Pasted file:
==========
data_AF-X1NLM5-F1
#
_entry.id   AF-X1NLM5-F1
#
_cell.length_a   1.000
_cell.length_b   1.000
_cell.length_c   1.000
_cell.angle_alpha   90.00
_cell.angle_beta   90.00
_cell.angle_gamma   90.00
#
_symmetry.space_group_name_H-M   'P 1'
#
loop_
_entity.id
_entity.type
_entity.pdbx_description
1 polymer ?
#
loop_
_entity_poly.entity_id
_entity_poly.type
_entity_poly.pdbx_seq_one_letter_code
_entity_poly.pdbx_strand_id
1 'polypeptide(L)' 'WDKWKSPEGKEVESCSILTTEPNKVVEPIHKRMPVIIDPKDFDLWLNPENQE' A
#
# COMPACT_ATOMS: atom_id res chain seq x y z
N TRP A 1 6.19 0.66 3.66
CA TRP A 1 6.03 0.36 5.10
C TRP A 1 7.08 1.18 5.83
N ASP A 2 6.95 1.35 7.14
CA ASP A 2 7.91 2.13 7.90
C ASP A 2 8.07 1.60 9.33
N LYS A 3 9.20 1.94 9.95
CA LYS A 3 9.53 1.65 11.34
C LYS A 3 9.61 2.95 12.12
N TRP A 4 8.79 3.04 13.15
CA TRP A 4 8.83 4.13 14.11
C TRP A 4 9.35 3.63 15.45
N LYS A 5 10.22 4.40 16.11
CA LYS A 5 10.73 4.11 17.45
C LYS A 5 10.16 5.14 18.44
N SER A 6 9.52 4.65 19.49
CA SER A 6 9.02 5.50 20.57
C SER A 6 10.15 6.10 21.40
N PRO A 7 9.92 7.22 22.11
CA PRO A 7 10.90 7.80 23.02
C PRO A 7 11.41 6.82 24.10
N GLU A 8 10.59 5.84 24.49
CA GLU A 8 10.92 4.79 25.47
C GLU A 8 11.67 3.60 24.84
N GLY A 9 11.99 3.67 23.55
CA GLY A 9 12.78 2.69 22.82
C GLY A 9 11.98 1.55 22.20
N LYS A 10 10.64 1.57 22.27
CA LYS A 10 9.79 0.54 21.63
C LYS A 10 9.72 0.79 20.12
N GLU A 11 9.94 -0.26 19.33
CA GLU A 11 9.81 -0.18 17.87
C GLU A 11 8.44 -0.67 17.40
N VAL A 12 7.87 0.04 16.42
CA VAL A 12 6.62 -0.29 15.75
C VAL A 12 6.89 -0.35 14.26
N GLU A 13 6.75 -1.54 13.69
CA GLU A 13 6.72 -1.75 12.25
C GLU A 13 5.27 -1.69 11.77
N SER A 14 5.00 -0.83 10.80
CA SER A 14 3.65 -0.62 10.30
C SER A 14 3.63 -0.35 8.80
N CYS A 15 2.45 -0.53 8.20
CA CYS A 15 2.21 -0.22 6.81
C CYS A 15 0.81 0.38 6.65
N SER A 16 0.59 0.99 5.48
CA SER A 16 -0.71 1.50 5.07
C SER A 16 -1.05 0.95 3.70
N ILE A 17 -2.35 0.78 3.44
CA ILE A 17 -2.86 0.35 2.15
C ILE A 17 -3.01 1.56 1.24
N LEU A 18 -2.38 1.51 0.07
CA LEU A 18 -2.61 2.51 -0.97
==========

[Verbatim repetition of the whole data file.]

data_AF-X1NLM5-F1
#
_entry.id   AF-X1NLM5-F1
#
_cell.length_a   1.000
_cell.length_b   1.000
_cell.length_c   1.000
_cell.angle_alpha   90.00
_cell.angle_beta   90.00
_cell.angle_gamma   90.00
#
_symmetry.space_group_name_H-M   'P 1'
#
loop_
_entity.id
_entity.type
_entity.pdbx_description
1 polymer ?
#
loop_
_entity_poly.entity_id
_entity_poly.type
_entity_poly.pdbx_seq_one_letter_code
_entity_poly.pdbx_strand_id
1 'polypeptide(L)' 'WDKWKSPEGKEVESCSILTTEPNKVVEPIHKRMPVIIDPKDFDLWLNPENQE' A
#
# COMPACT_ATOMS: atom_id res chain seq x y z
N TRP A 1 6.19 0.66 3.66
CA TRP A 1 6.03 0.36 5.10
C TRP A 1 7.08 1.18 5.83
N ASP A 2 6.95 1.35 7.14
CA ASP A 2 7.91 2.13 7.90
C ASP A 2 8.07 1.60 9.33
N LYS A 3 9.20 1.94 9.95
CA LYS A 3 9.53 1.65 11.34
C LYS A 3 9.61 2.95 12.12
N TRP A 4 8.79 3.04 13.15
CA TRP A 4 8.83 4.13 14.11
C TRP A 4 9.35 3.63 15.45
N LYS A 5 10.22 4.40 16.11
CA LYS A 5 10.73 4.11 17.45
C LYS A 5 10.16 5.14 18.44
N SER A 6 9.52 4.65 19.49
CA SER A 6 9.02 5.50 20.57
C SER A 6 10.15 6.10 21.40
N PRO A 7 9.92 7.22 22.11
CA PRO A 7 10.90 7.80 23.02
C PRO A 7 11.41 6.82 24.10
N GLU A 8 10.59 5.84 24.49
CA GLU A 8 10.92 4.79 25.47
C GLU A 8 11.67 3.60 24.84
N GLY A 9 11.99 3.67 23.55
CA GLY A 9 12.78 2.69 22.82
C GLY A 9 11.98 1.55 22.20
N LYS A 10 10.64 1.57 22.27
CA LYS A 10 9.79 0.54 21.63
C LYS A 10 9.72 0.79 20.12
N GLU A 11 9.94 -0.26 19.33
CA GLU A 11 9.81 -0.18 17.87
C GLU A 11 8.44 -0.67 17.40
N VAL A 12 7.87 0.04 16.42
CA VAL A 12 6.62 -0.29 15.75
C VAL A 12 6.89 -0.35 14.26
N GLU A 13 6.75 -1.54 13.69
CA GLU A 13 6.72 -1.75 12.25
C GLU A 13 5.27 -1.69 11.77
N SER A 14 5.00 -0.83 10.80
CA SER A 14 3.65 -0.62 10.30
C SER A 14 3.63 -0.35 8.80
N CYS A 15 2.45 -0.53 8.20
CA CYS A 15 2.21 -0.22 6.81
C CYS A 15 0.81 0.38 6.65
N SER A 16 0.59 0.99 5.48
CA SER A 16 -0.71 1.50 5.07
C SER A 16 -1.05 0.95 3.70
N ILE A 17 -2.35 0.78 3.44
CA ILE A 17 -2.86 0.35 2.15
C ILE A 17 -3.01 1.56 1.24
N LEU A 18 -2.38 1.51 0.07
CA LEU A 18 -2.61 2.51 -0.97